I’m not exaggerating, my friends. I’ve killed hundreds of plants. Maybe even thousands. I realize that I sound heartless when I say this, but I’m gonna say it anyway. Killing plants is a great way to learn how to keep plants alive. No, seriously! When I lose a plant it gives me a chance to reflect on how and when things went sideways. Did I overwater? Did I underwater? Was there evidence of pests and/or disease? After I puzzle out the plant’s (most likely) cause of death, I give myself permission to try again. So if I see that same plant in a garden center, I don’t feel animosity towards it. We’re still friends. And I will try again. Also, for the record, I am not encouraging plant violence with this advice. Instead, I am trying to encourage those who have killed a plant (or many plants) to just keep trying. Don’t let plant failures make you afraid to purchase that next beautiful plant.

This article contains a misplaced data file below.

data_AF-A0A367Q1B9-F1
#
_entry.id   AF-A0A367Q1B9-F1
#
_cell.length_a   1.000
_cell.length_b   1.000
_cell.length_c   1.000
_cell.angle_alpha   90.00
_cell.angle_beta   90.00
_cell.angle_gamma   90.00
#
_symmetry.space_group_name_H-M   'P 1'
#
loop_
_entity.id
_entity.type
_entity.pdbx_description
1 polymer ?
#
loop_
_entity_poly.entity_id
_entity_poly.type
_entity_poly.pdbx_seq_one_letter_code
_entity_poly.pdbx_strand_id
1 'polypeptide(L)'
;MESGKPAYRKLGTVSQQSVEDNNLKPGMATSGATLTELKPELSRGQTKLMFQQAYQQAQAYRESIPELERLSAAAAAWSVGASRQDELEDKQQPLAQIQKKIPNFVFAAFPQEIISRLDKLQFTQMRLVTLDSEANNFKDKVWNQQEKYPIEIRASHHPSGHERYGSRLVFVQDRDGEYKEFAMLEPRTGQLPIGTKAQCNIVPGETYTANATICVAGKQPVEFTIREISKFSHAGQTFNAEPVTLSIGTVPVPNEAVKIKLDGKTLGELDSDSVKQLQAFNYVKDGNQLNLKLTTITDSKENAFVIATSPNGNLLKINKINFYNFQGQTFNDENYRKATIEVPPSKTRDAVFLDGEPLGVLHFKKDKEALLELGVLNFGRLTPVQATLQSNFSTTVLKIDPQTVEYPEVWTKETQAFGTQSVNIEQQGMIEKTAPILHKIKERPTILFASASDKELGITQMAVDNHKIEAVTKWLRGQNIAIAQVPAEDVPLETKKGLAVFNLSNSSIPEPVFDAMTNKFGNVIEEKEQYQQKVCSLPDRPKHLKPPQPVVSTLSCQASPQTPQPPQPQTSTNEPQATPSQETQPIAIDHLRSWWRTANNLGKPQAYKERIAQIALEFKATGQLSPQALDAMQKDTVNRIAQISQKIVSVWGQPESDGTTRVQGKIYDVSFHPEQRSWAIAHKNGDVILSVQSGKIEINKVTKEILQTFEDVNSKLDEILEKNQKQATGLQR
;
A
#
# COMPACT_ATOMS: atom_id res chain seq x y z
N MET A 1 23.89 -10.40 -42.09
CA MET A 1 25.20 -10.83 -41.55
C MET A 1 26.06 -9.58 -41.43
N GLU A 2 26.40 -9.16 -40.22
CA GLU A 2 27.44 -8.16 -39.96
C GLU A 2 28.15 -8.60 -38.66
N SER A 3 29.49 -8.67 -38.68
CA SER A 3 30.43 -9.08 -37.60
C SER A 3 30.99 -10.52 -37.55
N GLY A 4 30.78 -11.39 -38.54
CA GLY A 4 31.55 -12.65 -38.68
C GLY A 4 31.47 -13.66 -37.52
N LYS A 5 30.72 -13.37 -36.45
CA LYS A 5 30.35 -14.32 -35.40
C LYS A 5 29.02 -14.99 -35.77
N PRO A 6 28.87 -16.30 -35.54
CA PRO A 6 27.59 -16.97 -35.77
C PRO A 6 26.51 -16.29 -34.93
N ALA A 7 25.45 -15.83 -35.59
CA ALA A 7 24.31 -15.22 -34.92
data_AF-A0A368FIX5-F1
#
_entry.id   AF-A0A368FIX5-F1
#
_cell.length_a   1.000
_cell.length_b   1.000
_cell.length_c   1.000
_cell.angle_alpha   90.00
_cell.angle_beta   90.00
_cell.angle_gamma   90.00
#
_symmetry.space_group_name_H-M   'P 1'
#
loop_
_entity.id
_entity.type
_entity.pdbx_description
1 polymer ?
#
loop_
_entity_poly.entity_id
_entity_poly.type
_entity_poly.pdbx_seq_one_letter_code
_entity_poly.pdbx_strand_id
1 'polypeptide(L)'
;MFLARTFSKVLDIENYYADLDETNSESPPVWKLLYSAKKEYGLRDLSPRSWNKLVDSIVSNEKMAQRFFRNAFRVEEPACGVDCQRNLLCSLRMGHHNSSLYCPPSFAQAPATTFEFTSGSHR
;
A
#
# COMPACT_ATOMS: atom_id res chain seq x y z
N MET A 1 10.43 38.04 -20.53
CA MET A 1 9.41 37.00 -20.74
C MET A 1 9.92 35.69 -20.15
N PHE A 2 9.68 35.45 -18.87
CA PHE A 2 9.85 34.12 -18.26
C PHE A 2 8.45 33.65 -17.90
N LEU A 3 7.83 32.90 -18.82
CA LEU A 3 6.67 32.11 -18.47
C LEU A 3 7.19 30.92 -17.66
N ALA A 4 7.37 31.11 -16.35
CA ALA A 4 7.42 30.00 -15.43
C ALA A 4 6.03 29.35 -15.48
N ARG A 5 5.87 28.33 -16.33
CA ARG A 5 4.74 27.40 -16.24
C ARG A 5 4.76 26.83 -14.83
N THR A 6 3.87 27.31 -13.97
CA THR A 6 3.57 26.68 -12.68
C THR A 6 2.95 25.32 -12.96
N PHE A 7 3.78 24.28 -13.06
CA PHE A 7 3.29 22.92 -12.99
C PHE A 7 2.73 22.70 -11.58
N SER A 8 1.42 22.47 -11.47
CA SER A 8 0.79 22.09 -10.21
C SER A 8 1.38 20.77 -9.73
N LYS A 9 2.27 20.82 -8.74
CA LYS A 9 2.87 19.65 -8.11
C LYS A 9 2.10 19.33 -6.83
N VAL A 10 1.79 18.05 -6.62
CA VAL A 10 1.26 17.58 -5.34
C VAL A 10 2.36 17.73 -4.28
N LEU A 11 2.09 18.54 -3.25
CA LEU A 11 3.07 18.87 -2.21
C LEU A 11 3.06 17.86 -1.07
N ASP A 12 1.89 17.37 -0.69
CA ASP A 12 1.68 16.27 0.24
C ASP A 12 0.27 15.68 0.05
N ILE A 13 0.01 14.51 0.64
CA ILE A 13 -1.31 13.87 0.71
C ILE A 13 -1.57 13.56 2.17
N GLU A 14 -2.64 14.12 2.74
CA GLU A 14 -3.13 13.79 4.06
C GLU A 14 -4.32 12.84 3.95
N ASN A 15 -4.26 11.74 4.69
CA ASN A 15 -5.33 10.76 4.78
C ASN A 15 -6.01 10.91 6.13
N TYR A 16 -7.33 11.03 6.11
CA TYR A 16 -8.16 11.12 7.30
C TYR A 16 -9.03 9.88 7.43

Now it’s time for the confessional section of this pep talk. The part where I tell you what plant/plants I have murdered most recently. I’ll be honest, this one really hurts. Just today I gave up on one of my top ten most favorite plants. It was once a gorgeous Calathea musaica (pictured above) but what I threw into the trash can this morning was really just three yellow leaves poking out of a pot of dirt. I gave it weeks of gentle care, searching for signs of insect pest damage, Neem oil sprays, Hydrogen Peroxide treatments and a soil change. But all of my care came to nothing because my beloved little plant, my sweet and beautiful musaica, died. One unfortunate side-effect of plant murder is some pretty intense plant shame. A lot of that shame is probably due to the fact that a few months ago I was blowing up Instagram with pictures of my pretty little Calathea and advising others that it was an easy houseplant.
Friends, realize that all those Instagram pictures of perfect specimen plants are cropped and edited and Photoshopped to look that way. No plant is perfect and guess what? We plant parents aren’t perfect either. So the next time you are tempted by a beautiful plant in the garden center, don’t let it fill you with anxiety and guilt. Do your research and give it the best care you are capable of giving.
Mercy, peace and love be multiplied to you.